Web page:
The Friends of the Zoo Society was created in 1969 to help the zoo make much needed improvements. Its ability to raise funds as well as obtain donations of labor and materials from staff and the community served the zoo well. The group took on big projects, including the acquisition of an Asian elephant. The community, including school children, got on board.
Lansing students played a central role in the effort by conducting a very successful fundraising drive among Lansing schools. The school that contributed the most won naming rights. Thousands of buttons with Herman the Mexican burro on them were sold. Additional projects to raise money included candy and bake sales. Bingham Elementary earned the most and named the new elephant Bingo, after their school. Not surprisingly the children of Lansing felt an ownership of Bingo, for they had “bought an elephant,” and they fell in love with her.
Bingo, a young female Asian elephant, arrived in the fall of 1972. The acquisition and handling of elephants in zoos were very different in those days. It was reported that Bingo was taken from the wild in Thailand and was six months old, 38 inches high, and weighed less than 200 pounds. She was fed a special diet including evaporated milk and baby cereal.
It was too cold for her to be outside in Michigan at that time of year, so she moved into a heated room in the basement of the Bird House for the winter. Small groups of visitors were allowed to see her at a time, and many came. In the spring she moved to an outdoor display area during the day and returned to a barn at night. She continued to grow and in a couple of years needed new living quarters. In 1975 the Associated Builders and Contractors stepped up to provide a new year-round home and an outdoor play area.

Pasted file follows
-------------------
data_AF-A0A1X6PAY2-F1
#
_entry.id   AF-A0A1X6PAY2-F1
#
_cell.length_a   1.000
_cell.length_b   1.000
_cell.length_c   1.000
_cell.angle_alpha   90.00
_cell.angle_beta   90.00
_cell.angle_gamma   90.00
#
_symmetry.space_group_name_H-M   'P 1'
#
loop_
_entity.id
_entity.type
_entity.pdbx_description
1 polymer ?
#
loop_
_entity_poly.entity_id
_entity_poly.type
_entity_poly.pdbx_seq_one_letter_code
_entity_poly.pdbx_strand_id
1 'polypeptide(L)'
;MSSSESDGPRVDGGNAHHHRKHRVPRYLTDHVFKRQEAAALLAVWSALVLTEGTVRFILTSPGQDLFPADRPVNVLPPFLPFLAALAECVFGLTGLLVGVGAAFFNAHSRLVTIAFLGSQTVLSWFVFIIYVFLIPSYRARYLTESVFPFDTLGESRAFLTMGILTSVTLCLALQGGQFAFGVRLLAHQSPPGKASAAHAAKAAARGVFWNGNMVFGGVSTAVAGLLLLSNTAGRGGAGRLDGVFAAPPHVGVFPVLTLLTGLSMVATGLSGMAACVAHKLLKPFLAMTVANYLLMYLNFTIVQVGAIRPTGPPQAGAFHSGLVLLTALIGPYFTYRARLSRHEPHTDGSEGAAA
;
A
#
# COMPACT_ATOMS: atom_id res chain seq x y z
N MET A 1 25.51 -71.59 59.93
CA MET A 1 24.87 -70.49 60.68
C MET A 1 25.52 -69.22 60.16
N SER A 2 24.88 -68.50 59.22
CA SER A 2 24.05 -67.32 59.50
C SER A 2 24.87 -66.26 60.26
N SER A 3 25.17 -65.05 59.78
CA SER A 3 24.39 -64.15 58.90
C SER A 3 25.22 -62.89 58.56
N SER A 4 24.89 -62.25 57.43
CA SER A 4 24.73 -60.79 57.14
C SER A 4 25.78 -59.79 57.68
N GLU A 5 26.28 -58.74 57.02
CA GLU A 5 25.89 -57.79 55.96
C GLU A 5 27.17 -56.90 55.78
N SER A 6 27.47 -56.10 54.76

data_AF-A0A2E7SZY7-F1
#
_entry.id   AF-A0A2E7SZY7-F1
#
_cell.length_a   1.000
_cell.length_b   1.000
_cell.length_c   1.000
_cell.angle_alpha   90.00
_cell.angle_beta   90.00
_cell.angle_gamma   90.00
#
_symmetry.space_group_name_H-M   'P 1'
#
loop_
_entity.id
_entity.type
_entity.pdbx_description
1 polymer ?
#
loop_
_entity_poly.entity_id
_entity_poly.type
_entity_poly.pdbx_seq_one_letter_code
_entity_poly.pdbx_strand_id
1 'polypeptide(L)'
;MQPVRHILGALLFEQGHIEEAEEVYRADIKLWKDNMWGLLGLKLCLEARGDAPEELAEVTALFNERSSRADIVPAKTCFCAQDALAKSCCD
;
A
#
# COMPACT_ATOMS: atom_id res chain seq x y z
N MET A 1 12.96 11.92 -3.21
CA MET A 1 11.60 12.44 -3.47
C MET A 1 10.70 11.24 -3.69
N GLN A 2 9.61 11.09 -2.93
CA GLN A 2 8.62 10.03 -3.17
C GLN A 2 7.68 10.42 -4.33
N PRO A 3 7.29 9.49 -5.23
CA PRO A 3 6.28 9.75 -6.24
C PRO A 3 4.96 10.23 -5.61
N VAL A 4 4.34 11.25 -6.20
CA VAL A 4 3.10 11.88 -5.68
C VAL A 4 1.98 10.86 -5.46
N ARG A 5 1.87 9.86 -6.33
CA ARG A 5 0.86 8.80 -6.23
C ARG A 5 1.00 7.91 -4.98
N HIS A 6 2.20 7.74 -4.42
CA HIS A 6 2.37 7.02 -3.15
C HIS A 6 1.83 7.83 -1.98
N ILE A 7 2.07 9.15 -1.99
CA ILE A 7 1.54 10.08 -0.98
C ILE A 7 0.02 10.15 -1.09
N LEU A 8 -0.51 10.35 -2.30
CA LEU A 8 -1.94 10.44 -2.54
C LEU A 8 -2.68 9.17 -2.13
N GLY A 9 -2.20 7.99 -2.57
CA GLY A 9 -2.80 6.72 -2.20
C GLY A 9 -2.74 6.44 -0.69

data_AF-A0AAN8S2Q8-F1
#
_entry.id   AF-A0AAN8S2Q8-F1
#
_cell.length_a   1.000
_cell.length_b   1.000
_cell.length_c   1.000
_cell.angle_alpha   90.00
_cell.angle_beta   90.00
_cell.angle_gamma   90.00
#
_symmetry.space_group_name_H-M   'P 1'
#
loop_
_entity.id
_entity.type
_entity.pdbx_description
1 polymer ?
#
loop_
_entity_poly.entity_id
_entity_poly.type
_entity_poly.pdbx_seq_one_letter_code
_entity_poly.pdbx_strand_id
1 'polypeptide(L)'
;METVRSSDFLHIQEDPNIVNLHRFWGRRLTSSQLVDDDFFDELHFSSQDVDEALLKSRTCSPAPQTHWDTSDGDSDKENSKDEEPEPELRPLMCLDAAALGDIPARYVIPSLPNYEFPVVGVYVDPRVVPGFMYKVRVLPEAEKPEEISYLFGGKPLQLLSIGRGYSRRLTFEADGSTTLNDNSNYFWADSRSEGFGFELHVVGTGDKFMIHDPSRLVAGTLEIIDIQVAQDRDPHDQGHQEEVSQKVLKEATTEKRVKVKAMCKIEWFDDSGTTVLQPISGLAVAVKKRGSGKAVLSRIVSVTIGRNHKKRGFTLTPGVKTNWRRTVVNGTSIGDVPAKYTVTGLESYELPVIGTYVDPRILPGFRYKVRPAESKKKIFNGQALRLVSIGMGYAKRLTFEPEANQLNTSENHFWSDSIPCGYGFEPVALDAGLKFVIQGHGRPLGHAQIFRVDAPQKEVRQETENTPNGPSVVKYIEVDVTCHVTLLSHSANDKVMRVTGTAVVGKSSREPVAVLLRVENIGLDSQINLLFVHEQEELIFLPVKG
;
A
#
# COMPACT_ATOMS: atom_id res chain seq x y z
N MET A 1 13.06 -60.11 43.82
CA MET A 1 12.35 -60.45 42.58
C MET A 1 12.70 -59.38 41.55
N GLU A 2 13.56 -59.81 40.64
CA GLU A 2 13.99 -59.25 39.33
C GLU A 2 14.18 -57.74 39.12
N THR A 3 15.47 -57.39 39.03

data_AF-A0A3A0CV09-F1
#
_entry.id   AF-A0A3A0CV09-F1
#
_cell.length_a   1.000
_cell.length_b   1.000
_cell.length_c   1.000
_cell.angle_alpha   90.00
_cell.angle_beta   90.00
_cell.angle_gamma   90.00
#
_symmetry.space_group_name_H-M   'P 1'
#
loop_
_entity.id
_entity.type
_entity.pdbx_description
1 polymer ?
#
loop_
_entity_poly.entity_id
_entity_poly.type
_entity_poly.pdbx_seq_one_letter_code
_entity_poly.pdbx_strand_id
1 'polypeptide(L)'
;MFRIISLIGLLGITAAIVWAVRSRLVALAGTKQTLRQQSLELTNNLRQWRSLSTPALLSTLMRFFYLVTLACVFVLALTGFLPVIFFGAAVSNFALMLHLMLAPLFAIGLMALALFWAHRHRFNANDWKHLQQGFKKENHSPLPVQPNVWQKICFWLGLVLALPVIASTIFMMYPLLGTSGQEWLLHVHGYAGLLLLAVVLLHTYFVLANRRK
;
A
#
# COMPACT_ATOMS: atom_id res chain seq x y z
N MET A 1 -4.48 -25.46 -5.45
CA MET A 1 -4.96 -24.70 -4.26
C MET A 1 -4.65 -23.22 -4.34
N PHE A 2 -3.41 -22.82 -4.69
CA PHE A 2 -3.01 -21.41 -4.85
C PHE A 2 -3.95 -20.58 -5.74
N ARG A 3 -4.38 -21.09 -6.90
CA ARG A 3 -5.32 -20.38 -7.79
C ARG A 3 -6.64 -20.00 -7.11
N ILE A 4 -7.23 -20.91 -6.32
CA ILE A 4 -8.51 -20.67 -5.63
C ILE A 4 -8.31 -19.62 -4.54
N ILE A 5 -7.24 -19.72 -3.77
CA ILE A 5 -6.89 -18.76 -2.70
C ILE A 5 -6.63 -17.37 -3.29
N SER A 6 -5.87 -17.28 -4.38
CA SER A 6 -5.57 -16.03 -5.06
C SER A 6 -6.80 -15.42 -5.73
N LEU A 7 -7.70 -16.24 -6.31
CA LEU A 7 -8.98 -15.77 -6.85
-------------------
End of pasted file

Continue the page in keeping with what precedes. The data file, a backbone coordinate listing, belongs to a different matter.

At the time she was a sensation and very loved by the community. These days, her status as a lone elephant in a relatively small space with close contact with visitors is no longer acceptable in zoos accredited by the Association of Zoos and Aquariums. Very strict and extensive guidelines are in place and must be met by any AZA facility housing elephants.
Bingo was known to get into mischief if given the chance. One of her keepers recalled the time when Bingo was still small enough to winter in the basement of the Bird House. Keepers left at the end of the day. She broke the hasp off of her enclosure and went exploring in the basement. When the keepers arrived in the morning, which happened to be Christmas Eve, they found the large sand pile there strewn all over, broken tools, and Bingo innocently waiting back in her pen for her morning bottle.
Bingo also had a habit of consuming non-food items. That never caused a problem until 1979, when she swallowed a baseball-sized rock, and it became lodged in her throat. For weeks after surgery to remove the rock, she was tube fed through an incision in her neck by keepers and appeared to be on the road to recovery. Concerned children sent get-well cards and many people came to visit. Sadly, and unknown to the doctors, Bingo’s esophagus muscles had been damaged from the surgery so that food particles could be inhaled into her lungs instead of forced into the stomach. This happened when she was able to feed herself, and she developed pneumonia and died.
The community loved Bingo and was very sad when she passed away. Very soon there were calls from the community to acquire another elephant. Fundraising began, and zoo staff located an available elephant. Three months later Tombi, a young female African elephant, arrived.
The Bingo experience taught the community to dream big and get involved. One of those Lansing students who sold Herman buttons to raise money to bring Bingo to the zoo looked back as an adult to speak of the ownership that came from that experience:
“More than 20 years later, I get a warm feeling every time I take my toddlers to the zoo. I remember that time and the small (yet important) part that I played in helping make the zoo what it is today.” (Lansing State Journal, 1998)
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